At least five students (PP-VI) in primary and secondary schools left school every day in the last one year.
According to the annual education statistics, the enrolment of students in primary and secondary schools decreased by 1,886 students in 2018.
This trend, according to the report, has been observed at the primary levels over the last six years. Since 2011, the number of students enrolled in primary and secondary schools decreased by 18,875 to date.
The report states that the decrease in primary student’s enrollment could be because of stabilisation of primary school enrolment due to initiatives like the establishment of extended classrooms (ECRs) since 2009.
Establishment of ECR was initiated as an intervention to improve access to education especially in remote, rural and scattered villages where students have to walk long distances to school.
The ECRs are conducted in multi-grade settings with a minimum of 20 children under the supervision of one or two teachers who have been trained in multi-grade teaching. As of 2018, there are 1,753 students enrolled in 79 ECRs across the country comprising one percent of the total enrolment in the school education system.
The other reason could be because of a decline in school going age population. A comparison of the population and housing census of 2005 and 2017 show three percent reduction in the number of children between six to 12 years.
For 2018, the adjusted net primary enrollment rate (ANER) for primary education of six – 12-years-old was estimated at 96.8 percent, which includes 2.1 percent enrolled in secondary classes and 1.7 percent in monastic education system.
The report states that the traditional definition of NER for primary education takes into account only those children aged six-12 years enrolled in the primary grades.
“The shortcoming with this definition is that it leaves out children of the same age group enrolled at the secondary level or in monastic education, who are also in the education system or at least attending other forms of formal structured learning like monastic education.”
The Apparent Intake Ratio (AIR) for 2018 stands at 102.7 percent, which has increased compared to the previous years. AIR is the total number of new entrants in the first grade of primary education regardless of age, expressed as a percentage of total six years old in the population.
The report states that the Net Intake Rate (NIR) in 2018 is estimated at 63.4 percent, which means that 63.4 percent of the right age populations (six-years-old) are enrolled in the first grade (PP) of primary education while the remaining 36.6 percent are either enrolled in classes higher than PP (4.3 percent) or not yet enrolled in school (32.3 percent).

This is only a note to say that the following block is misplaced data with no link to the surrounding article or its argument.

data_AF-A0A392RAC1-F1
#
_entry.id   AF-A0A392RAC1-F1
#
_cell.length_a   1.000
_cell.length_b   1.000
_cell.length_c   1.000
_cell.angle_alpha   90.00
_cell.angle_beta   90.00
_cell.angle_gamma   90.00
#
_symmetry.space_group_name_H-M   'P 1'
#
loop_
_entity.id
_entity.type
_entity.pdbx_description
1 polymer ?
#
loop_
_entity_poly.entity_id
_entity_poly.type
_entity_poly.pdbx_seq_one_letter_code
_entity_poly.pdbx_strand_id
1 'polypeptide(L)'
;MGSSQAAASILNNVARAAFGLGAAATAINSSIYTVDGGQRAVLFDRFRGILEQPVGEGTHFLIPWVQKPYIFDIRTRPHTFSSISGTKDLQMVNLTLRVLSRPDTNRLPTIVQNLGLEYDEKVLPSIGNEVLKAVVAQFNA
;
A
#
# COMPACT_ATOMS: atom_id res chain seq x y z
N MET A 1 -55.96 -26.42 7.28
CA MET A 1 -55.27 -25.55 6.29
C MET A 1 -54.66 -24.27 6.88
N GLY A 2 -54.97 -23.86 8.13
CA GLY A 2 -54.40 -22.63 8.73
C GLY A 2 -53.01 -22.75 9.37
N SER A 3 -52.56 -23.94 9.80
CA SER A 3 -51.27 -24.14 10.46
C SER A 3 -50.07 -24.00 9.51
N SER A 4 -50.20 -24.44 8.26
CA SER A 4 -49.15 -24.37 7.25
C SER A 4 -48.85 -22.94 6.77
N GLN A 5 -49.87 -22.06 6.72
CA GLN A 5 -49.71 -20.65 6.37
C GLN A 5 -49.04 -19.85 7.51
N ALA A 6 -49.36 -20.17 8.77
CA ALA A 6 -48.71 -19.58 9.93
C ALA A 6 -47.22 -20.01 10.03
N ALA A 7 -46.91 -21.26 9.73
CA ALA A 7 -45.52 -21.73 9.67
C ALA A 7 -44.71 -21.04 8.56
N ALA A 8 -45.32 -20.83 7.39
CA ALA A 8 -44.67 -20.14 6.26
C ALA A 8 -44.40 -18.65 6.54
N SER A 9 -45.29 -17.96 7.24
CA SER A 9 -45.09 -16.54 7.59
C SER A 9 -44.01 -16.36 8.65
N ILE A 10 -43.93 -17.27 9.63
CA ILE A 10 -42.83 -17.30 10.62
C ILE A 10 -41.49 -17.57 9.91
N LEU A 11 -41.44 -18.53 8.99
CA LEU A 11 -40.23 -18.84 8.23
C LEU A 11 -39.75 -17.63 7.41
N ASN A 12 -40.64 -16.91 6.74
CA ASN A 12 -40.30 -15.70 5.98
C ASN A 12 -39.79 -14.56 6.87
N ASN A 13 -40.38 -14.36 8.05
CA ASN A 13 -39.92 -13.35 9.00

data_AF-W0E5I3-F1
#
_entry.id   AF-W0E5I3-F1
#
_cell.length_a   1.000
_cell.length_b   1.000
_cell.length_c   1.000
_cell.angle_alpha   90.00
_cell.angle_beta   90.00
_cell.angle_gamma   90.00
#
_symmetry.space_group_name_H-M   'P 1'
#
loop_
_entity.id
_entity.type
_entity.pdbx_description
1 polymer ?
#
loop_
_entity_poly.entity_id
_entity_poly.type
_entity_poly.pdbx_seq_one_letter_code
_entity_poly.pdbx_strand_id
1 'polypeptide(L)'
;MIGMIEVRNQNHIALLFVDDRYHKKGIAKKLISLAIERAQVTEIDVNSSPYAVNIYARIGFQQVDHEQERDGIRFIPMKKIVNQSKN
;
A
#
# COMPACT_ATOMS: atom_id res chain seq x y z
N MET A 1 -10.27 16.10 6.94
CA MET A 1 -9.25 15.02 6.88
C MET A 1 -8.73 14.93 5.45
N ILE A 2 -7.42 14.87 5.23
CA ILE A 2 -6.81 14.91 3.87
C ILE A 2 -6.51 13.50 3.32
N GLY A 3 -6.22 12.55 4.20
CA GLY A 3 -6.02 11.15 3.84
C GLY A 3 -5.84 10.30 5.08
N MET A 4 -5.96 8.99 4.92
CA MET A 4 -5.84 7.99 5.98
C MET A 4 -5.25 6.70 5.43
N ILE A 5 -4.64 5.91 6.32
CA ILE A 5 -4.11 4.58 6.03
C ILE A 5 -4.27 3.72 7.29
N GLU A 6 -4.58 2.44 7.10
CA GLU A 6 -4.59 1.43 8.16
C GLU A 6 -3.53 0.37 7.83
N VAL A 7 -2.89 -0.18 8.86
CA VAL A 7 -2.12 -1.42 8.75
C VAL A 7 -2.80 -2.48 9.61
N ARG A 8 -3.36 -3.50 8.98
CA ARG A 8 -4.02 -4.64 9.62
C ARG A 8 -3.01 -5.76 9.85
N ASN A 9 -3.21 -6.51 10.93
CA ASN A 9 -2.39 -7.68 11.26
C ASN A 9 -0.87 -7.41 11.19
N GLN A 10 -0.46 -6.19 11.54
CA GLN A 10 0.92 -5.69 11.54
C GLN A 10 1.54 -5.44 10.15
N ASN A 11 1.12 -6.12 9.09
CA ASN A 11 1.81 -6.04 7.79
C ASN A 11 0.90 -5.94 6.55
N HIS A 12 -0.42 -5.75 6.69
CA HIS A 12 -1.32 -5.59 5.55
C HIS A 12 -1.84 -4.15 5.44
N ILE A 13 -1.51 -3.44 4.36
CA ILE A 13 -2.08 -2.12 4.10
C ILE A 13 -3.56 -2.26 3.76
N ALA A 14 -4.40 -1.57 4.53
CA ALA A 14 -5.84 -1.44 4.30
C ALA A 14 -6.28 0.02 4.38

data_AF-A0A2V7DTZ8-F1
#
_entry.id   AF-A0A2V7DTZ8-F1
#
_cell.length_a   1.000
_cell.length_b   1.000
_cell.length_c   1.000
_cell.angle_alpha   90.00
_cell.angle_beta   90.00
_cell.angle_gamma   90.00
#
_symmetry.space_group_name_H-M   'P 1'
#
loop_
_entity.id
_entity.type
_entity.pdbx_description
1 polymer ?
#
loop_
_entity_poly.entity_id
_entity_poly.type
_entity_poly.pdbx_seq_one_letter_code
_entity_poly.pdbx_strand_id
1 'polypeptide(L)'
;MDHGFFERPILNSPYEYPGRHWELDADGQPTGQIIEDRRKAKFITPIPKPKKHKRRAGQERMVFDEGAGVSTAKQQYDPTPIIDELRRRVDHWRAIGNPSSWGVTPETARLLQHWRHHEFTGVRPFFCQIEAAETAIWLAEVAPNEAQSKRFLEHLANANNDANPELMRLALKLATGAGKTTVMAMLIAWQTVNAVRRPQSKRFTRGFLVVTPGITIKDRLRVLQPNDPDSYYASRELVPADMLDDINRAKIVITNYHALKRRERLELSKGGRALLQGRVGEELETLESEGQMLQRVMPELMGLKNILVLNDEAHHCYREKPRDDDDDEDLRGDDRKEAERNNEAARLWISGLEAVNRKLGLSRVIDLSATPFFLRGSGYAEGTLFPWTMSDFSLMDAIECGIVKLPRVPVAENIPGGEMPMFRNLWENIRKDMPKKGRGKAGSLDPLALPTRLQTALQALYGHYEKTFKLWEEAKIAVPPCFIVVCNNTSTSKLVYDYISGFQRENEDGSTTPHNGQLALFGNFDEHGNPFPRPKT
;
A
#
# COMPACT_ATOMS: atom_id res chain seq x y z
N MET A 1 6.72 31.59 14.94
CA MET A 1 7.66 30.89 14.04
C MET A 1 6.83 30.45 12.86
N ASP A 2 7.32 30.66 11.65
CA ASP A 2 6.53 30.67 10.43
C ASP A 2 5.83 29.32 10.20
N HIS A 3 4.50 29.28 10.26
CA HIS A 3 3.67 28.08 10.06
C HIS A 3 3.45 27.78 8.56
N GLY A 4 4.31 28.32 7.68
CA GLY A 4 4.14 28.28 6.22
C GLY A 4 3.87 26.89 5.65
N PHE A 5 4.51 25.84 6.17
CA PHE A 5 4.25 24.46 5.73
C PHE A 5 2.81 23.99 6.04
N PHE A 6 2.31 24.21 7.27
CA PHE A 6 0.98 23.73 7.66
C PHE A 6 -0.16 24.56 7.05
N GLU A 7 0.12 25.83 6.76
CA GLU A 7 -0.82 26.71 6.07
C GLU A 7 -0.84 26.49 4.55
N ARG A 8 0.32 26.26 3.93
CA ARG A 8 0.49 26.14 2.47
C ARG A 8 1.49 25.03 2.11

In terms of age composition of PP enrolment for 2018, 60.1 percent of the total PP enrolment, including repeaters is of six-years-old while 36.5 percent are over-aged and 3.4 percent under-aged.
“The declining PP enrolment since 2010 could be due to reasons stated earlier for decline in overall primary enrolment,” it states. “However, PP enrolment in 2018 has increased by 432 students.”
The report showed that on an average, only 50.5 percent of primary enrolment is of right age that is six – 12 years old, which is an increase of about 0.7 percent as compared to the previous year. “This shows an improvement in the age-specific enrolment across primary classes.”
According to the report, the ANER of 96.8 percent for primary also indicates that about 2,840 (3.2 percent) primary age children are out of school or not enrolled in any forms of structured learning.
These, according to the report, may include children in remote and hard to reach areas, children of nomadic communities and migrant populations, children with learning disabilities with special learning needs are currently not catered for, and those who have dropped out.
It is estimated that about 32.3 percent of six-years-old are not yet enrolled in school and assumed that these children could be from these remote areas where they have to walk longer distance to commute to school, the report states. “Looking at the current age of entrants in PP some might still enroll or return to school while some may not.”
Based on the available data, 36.4 percent of the children entering school for the first time are older than six-years-old indicating that these children could have been accounted as out of school in the previous year.
The report recommends an in-depth study to further reconfirm the reason for out of school children.
Meanwhile, the number of Early Childhood Care and Development (ECCD) centres in the country has increased from 307 in 2017 to 340 this year with 8,499 children and 764 facilitators.
In 2017, the 307 ECCDs had enrolled 7,250 children, facilitated by 672 facilitators.
Studies show that children who have attended an Early Childhood Care and Development (ECCD) programme learn better in school compared to those who have not attended such programme.